Our crew joined others for a walk around the island to a submarine pen, similar to the one on Vis. This didn’t seem as deep but was in fact just as big. This island wasn’t opened to the public until 1989 due to its military operations. On our way out of Lastovo we saw another pen so I suspect that there were more hidden secrets within the island. 

Yet another submarine pen, complete with yacht moored alongside!

 

We then had a long motor sail back towards Mljet and anchored in the charming bay of Polače. It is part of a national park and I could have happily spent a couple of days there but we needed to ensure the fleet were back in Dubrovnik by Friday evening so it was only an overnight stay. However, Nicky and Helen treated us to breakfast the next morning. This was probably the first day in a while that actually felt warm. It seems that the temperature has really dropped in the last two weeks. We shouldn’t complain as we know that the UK is much cooler.  

Liz, Helen and Nicky at breakfast

Another 5 hour motor sail for us this time to  Sudarad on the opposite side of Šipan to Stipanska Luka. Again, there were mooring buoys here free of charge as the restaurant didn’t mind if we ate with them or not. In the end, we did as this would be the last meal we would have together as a charter (and we were down to three boats by now). However, only after movie night which involved each boat dressing up as a movie. Our film was Thelma and Louise. 

Baby Nimmie transformed into a movie set!

 
A leisurely morning  followed as we only had a three hour journey to the south of Dubrovnik. We walked up to a hilltop church that had amazing views.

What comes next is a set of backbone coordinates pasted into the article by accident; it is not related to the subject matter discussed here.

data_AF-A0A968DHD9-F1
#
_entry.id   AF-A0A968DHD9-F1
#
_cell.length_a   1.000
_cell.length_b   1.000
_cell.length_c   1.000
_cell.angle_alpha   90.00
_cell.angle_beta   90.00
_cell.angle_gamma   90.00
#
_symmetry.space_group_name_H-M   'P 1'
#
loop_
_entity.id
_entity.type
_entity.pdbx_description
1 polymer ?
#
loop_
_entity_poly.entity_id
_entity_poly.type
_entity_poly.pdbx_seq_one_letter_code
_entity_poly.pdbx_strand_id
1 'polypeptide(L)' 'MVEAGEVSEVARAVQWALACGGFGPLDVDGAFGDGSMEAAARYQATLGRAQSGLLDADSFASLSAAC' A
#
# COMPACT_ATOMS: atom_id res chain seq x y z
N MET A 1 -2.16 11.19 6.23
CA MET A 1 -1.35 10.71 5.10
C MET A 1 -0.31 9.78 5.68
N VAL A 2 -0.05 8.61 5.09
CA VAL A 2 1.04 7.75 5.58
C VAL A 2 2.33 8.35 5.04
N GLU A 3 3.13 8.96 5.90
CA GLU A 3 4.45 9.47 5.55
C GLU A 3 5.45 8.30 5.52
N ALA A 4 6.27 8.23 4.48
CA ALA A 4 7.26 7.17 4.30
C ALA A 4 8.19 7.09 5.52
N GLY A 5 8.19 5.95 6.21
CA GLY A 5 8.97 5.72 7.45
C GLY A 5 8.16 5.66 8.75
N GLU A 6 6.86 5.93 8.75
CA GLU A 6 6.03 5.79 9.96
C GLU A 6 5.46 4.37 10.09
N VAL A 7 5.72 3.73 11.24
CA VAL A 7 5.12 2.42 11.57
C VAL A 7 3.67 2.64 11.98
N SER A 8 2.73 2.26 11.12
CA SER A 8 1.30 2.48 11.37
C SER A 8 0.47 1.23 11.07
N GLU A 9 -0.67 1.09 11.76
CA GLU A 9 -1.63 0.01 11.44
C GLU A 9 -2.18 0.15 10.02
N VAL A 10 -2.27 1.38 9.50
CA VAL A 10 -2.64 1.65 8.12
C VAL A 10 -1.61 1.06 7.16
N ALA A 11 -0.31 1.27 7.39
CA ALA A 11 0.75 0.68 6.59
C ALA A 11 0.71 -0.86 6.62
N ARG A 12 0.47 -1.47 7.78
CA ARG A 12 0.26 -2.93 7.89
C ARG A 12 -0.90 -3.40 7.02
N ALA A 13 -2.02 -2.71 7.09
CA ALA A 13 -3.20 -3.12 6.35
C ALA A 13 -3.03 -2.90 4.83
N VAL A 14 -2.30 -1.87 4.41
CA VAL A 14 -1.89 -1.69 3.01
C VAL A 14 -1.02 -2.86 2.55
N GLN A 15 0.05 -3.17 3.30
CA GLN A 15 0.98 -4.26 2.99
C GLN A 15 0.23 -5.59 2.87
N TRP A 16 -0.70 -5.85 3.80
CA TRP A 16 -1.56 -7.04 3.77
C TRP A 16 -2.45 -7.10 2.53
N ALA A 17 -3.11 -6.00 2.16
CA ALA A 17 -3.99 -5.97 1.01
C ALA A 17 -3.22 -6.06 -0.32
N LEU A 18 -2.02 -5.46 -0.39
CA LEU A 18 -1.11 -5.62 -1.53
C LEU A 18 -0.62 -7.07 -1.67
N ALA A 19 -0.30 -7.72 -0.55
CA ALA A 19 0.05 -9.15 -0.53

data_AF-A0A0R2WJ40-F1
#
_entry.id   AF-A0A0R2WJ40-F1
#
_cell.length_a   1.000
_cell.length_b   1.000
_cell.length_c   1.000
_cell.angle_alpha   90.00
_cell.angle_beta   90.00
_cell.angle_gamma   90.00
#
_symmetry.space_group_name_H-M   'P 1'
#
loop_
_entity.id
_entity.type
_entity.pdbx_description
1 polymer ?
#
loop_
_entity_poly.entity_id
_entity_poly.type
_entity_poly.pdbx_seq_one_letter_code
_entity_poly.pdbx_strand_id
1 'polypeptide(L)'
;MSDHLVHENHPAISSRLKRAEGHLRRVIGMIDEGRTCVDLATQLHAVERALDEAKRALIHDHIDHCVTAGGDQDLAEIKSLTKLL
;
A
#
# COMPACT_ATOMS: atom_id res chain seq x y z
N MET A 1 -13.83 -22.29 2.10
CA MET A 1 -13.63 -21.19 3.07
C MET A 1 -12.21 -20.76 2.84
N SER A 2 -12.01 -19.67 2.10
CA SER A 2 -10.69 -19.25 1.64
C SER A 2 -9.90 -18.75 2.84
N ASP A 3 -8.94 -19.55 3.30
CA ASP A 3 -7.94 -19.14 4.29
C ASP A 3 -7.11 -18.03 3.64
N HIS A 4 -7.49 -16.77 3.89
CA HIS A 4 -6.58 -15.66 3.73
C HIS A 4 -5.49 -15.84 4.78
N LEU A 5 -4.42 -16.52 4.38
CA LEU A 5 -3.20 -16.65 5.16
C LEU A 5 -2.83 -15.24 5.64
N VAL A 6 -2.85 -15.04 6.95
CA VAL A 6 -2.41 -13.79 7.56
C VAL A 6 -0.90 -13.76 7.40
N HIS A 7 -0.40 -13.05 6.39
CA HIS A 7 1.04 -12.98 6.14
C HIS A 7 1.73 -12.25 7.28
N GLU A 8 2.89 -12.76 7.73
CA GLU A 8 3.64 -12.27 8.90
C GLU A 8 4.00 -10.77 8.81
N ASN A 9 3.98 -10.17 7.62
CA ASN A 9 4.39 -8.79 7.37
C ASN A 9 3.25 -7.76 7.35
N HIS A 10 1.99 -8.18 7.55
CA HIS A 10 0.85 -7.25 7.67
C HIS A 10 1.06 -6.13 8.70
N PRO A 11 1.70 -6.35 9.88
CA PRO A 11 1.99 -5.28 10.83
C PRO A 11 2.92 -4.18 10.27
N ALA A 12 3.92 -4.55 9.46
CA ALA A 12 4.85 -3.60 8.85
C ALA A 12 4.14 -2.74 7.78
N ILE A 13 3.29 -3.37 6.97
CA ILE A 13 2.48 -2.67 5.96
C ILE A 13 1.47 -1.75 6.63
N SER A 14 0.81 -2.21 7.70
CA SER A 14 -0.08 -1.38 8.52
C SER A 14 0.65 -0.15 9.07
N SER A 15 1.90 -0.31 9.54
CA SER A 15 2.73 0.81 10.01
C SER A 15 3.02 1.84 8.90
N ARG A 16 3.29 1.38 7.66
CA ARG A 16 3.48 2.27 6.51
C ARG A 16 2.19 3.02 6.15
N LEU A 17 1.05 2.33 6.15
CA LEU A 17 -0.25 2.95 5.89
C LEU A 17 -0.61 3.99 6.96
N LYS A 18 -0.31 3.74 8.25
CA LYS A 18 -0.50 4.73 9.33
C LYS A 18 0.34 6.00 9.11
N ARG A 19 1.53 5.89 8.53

Looking south towards Lopud and the mainland.


The other boats needed to be back at base by the evening and we had decided to find an anchorage near the airport so that Nicky and Helen didn’t need to travel far on the Saturday. On the way down we passed by Dubrovnik, still looking impressive. We were here 13 years ago and it seemed like yesterday. The bay we had in mind wasn’t suitable so we continued to Cavtat, which is very close to the airport. It’s a cute little town dating back to the Greeks. We’ve been anchored here for two days now and taken the opportunity to spend a day in Dubrovnik, including watching the sunset from Fort Imperial, high up the hillside overlooking the town. Since we were here last they have installed a cable car Up to Fort Imperial so you get amazing views of the city and the surrounding islands. We also went round the Homeland War exhibition in the fort, which gave you some insight into how the Croatians feel about the 1991-2 war and especially the bombardment of Dubrovnik. 

Dubrovnik from the city walls

A magical sunset from the top of the cable car

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One Response to Dalmatia

  1. Rosemary says:

    Sounds like you’ve had a brilliant time! We’re packing up Elemiah for the winter. Despite all the little problems with engine and GPS, we’ve had a brilliant summer.